“Each day I would put a word on the board at the beginning of class, and we would ‘workshop’ it. For example, with the word patience, I would ask, ‘What is patience?’ and ‘What are its synonyms and antonyms?’ That’s where the breakthrough came because my students volunteered that lack of patience was anger! I had never thought of that before! Being slow to anger, as we are called to in James 1:19, means exercising patience.”
Sorbo believes the option to implement moral instruction with children is an important one because,
“Too many people complain that today’s young people are often discourteous and unmannered, but where are they supposed to learn proper behavior and genuine godly characteristics, unless we teach them?”
In this regard, the public schools are not simply neglectful, they may actually be complicit in the reverse. In her first book about her journey to homeschooling, Sorbo deals with the academic as well as moral pitfalls of the Common Core curriculum standards, implemented during the Obama administration. Moral relativism and emphasis on global rather than US systems of governance, like the framework our Constitution provides, dominate discussions in today’s public school classrooms.
A recent Gallup poll found that 81 percent of Americans think the overall state of moral values in the country is only “fair” or “poor”. This marks a seven-year low in Gallup’s poll returns on this topic. Seventy-seven percent of those surveyed also said the country’s moral values are “getting worse.” Unfortunately, parents cannot depend upon schools to impart meaningful moral lessons to children. Perhaps, they may not even want them to on many accounts. Taking time out each day to rehearse the lessons of good living and responsible citizenry could become a way to connect with your child in a more meaningful, lifelong way.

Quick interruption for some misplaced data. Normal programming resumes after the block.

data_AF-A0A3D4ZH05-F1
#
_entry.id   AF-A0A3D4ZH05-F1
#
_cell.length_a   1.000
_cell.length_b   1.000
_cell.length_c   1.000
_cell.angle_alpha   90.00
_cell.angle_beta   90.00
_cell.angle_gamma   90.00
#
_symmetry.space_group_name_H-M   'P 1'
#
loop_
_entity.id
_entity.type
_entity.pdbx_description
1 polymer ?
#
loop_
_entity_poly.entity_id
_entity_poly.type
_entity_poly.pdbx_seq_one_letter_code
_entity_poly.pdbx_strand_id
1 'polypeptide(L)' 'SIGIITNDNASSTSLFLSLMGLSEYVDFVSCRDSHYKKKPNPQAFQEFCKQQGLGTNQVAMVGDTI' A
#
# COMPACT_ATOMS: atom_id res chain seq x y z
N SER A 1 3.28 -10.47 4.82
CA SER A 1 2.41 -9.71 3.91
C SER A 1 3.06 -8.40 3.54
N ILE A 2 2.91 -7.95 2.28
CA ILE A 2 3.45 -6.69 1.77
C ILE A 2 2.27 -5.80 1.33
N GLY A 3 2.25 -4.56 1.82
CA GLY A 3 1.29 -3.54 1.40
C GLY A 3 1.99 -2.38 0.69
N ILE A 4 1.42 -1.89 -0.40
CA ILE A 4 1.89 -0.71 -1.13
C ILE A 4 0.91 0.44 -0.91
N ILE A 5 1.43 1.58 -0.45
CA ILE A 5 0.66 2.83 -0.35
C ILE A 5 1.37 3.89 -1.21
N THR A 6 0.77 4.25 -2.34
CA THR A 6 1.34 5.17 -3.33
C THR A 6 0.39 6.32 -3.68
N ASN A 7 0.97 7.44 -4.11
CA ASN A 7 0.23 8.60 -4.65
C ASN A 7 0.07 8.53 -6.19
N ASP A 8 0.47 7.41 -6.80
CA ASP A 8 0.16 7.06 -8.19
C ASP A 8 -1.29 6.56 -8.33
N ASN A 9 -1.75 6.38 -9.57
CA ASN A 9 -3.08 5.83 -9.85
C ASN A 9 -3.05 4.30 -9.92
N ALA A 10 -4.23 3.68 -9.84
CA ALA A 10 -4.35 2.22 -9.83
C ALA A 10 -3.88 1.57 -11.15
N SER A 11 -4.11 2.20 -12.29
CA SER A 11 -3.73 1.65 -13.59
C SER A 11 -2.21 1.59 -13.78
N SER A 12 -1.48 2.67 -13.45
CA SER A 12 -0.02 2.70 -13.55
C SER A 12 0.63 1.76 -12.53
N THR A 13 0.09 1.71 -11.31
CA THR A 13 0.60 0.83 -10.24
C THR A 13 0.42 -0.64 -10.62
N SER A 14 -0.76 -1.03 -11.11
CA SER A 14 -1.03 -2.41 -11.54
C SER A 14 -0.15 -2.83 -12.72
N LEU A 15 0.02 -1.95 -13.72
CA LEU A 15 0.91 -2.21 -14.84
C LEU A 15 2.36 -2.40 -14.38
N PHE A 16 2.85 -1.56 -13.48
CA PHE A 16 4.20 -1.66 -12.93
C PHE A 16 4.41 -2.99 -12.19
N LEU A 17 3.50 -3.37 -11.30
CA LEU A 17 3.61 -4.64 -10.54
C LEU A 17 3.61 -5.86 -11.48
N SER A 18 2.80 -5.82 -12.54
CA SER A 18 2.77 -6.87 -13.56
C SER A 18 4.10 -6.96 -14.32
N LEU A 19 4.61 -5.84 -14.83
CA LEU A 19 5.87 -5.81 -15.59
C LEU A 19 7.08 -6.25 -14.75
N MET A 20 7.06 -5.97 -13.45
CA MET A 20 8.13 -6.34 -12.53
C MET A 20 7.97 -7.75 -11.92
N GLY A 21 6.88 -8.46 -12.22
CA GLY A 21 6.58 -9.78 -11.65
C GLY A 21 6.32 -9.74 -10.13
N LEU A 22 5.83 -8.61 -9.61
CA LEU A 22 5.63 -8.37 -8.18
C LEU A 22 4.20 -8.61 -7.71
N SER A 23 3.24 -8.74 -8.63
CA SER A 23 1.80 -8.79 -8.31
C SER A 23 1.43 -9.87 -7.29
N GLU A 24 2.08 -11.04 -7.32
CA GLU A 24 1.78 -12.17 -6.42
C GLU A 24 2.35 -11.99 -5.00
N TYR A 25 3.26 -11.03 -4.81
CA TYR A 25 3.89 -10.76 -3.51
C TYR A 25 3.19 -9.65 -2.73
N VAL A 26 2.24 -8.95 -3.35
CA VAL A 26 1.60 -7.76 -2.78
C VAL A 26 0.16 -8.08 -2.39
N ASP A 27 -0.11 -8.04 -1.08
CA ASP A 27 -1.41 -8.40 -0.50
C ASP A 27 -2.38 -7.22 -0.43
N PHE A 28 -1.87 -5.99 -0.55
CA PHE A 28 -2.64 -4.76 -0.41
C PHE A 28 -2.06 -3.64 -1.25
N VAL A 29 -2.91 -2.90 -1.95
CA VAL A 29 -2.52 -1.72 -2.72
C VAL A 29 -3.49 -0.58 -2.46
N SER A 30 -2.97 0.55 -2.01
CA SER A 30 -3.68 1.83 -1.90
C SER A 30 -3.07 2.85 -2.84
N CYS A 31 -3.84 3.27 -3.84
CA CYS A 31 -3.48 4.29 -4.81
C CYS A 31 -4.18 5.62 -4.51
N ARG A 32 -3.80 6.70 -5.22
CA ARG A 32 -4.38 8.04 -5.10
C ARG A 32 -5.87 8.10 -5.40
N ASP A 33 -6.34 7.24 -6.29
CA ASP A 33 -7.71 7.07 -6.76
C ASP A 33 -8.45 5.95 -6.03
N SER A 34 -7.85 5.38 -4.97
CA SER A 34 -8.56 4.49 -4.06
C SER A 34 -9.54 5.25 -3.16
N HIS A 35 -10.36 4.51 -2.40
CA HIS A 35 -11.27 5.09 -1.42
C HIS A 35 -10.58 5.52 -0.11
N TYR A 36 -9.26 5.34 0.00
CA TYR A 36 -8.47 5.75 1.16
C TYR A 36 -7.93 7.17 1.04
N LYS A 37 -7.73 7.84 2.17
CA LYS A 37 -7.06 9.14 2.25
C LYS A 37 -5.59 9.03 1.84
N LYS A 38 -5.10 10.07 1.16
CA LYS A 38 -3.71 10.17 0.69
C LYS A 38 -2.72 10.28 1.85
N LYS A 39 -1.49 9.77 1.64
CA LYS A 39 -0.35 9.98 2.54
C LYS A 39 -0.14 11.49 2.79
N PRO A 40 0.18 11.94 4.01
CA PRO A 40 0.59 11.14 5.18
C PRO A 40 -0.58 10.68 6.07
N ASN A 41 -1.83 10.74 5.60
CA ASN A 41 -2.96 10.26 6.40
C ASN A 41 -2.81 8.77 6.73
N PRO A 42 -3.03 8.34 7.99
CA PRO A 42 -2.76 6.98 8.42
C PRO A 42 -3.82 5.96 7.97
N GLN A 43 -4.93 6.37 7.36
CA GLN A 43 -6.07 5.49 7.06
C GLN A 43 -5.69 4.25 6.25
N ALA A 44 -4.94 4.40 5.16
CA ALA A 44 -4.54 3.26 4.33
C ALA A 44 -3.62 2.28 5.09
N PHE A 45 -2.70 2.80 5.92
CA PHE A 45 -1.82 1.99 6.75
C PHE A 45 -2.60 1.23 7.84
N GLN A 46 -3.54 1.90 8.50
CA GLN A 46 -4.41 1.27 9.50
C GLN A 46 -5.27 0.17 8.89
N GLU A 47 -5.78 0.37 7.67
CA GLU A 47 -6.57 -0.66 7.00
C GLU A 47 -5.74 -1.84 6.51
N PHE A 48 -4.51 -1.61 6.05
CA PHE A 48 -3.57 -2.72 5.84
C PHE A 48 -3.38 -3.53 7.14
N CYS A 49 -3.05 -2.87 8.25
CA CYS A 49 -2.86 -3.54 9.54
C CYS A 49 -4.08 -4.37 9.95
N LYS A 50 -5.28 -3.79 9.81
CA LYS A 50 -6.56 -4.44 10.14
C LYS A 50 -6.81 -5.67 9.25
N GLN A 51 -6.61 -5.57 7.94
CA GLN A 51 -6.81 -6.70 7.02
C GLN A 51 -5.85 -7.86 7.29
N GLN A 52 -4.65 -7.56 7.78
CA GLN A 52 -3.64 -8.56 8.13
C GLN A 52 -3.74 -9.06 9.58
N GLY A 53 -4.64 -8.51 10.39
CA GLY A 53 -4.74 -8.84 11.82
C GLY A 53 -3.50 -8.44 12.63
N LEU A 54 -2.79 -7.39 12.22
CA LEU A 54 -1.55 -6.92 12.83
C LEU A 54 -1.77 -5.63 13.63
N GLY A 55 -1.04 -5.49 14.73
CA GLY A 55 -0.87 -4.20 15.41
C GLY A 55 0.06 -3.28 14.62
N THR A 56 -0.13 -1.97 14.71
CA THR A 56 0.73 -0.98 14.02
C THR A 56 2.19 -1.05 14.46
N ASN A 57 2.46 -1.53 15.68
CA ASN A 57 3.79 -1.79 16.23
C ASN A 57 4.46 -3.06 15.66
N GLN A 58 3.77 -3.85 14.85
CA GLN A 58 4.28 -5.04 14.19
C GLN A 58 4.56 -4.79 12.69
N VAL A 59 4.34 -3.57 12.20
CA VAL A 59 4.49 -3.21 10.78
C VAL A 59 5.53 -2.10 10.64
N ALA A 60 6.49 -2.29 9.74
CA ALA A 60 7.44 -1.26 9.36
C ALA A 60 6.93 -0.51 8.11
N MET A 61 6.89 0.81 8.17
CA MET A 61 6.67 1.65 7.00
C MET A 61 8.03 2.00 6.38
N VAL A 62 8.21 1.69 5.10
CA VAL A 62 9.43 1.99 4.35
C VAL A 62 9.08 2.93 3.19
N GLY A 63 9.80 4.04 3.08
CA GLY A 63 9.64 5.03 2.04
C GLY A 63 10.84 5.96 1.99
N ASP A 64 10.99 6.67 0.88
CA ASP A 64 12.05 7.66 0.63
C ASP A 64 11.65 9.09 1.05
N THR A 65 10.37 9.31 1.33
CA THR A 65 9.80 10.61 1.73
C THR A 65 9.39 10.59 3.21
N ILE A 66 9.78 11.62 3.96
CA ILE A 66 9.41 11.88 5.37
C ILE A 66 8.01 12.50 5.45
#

“I think it’s vital to discuss these important qualities in a dedicated manner, to impress their importance on our kids, so they can emulate them. If you’re a Christian, I think you get it, because these are all godly qualities that we expect to see in our children. So here’s a concrete way to encourage our kids (and ourselves, by the way), to examine and adopt good moral qualities. And if you aren’t a Christian, but you believe in this country and our society (which is based on morals and ethics) then you also want to encourage their development in the coming generation, and that is what this book facilitates in a meaningful, yet fun way.”
About Sam Sorbo and where to get the book:
Until recently, Sam Sorbo hosted the nationally syndicated The Sam Sorbo Show. An accomplished actress, author, and international model, in 2015 Sam performed in Just Let Go, winning “Best Supporting Actress” from the Utah Film Awards. Her third book was They’re YOUR Kids: An Inspirational Journey from Self-Doubter to Home School Advocate that she is following with Teach From Love, School Year Devotional for Families.
Sam co-wrote, produced, and co-starred in the feature, Let There Be Light, due out Christmas, 2017. (Executive producer, Sean Hannity; director, Kevin Sorbo.)